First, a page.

Computers go to schools instead of surplus

Souce: The Wenatchee World


WATERVILLE — Douglas County is replacing about half of their government computers. But instead of going through the process of listing the old ones as surplus, they’re donating them to local schools.

Last week, county commissioners delivered 35 computers to the Bridgeport School District. The next set will be given to Mansfield, and any other school in the county that wants them.

For what little we would have gotten on surplus, it’s a much larger value to support our children,” said Commissioner Kyle Steinburg, who supported the idea and then — along with Commissioner Steve Jenkins — called local schools to find out if any were interested.

Juan Sanchez, director of the county’s information systems, said about 135 desktop computers and 20 laptops will eventually be available to donate, once his department erases their hard drives and installs new operating systems.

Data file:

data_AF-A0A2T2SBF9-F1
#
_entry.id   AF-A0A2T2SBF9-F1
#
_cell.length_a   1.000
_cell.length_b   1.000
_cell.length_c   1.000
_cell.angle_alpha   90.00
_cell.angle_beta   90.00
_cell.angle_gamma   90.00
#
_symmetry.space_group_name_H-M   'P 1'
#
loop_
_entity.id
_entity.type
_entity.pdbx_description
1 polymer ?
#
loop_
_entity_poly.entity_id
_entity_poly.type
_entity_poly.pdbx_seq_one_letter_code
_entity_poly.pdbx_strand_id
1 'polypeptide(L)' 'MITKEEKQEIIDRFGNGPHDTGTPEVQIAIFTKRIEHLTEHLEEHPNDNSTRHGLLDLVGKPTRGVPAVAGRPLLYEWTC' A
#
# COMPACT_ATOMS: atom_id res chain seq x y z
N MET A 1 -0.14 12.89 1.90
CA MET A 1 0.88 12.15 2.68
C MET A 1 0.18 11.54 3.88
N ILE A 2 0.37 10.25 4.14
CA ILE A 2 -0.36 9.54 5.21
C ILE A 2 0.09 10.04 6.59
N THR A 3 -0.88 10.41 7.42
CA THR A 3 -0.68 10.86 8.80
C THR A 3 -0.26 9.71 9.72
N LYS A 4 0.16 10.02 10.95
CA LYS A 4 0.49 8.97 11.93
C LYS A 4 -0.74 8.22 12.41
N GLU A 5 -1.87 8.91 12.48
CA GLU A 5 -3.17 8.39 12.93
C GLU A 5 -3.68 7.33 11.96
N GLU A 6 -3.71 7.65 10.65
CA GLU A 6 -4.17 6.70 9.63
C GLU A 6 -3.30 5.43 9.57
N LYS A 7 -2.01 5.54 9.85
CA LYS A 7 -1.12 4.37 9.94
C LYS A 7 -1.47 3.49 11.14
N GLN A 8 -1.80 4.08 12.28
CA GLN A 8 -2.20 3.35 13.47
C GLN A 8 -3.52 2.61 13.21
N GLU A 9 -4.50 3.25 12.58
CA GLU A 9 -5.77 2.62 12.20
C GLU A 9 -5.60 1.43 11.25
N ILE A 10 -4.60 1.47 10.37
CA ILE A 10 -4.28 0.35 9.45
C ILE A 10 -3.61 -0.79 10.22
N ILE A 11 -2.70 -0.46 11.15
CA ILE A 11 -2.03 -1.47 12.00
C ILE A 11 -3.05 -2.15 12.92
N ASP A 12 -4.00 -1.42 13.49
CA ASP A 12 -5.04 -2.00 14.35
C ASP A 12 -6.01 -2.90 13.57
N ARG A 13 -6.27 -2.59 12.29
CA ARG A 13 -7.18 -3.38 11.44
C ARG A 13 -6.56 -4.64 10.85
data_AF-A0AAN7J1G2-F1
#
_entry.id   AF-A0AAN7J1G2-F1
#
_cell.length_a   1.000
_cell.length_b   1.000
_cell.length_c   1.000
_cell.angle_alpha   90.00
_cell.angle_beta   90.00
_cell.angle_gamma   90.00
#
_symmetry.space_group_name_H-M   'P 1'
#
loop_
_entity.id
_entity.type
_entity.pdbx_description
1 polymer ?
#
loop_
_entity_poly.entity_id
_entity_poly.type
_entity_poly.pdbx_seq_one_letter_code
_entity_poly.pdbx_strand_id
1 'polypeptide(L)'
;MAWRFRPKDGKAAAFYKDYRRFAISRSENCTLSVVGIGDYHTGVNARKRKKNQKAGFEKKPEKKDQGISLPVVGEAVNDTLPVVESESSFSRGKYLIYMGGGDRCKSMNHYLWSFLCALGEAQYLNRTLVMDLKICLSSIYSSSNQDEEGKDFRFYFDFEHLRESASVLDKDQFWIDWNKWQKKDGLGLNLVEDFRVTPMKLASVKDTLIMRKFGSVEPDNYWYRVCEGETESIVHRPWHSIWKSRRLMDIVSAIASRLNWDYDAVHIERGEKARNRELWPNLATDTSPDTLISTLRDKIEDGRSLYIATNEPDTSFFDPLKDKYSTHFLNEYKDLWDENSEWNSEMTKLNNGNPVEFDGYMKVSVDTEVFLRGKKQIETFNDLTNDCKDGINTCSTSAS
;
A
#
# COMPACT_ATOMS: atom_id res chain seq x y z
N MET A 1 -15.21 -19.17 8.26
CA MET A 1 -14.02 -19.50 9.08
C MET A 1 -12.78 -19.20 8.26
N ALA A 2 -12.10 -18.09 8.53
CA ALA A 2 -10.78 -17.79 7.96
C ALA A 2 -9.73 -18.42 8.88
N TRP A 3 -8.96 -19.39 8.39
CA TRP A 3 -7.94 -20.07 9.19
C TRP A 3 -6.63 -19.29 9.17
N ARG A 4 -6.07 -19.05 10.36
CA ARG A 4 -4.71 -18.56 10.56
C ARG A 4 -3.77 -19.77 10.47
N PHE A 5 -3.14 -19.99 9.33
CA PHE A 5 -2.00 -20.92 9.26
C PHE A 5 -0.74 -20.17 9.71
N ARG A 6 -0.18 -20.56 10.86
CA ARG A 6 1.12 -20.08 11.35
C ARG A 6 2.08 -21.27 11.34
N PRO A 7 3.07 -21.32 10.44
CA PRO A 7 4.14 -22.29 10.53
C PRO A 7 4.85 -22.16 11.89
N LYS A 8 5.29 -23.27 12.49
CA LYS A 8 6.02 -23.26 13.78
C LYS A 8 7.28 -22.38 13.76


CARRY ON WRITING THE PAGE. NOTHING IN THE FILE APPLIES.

It may sound like a lot of work, but it’s actually much easier than what it takes to surplus them, he said.

In the past, when the county declared computers as surplus, they took out and destroyed the hard drives. Then, the parts went to Goodwill in East Wenatchee, which serves as this region’s E-Cycling center, Sanchez said.

He said the county also tried to sell them on E-Bay, but without a hard drive, the computers are pretty much useless. “People would buy them in lots — a whole pallet for $10 or $20. We were spending a lot more than that to prepare them,” he said, adding, “With the schools, we went through a destruction of the data, and then we were able to give them a working computer.”

Sanchez said once the schools have what they want, they’ll offer them up to non-profits.

He credited the commissioners for finding a better solution for their old technology. “We found a second home for them. It’s a win-win,” he said.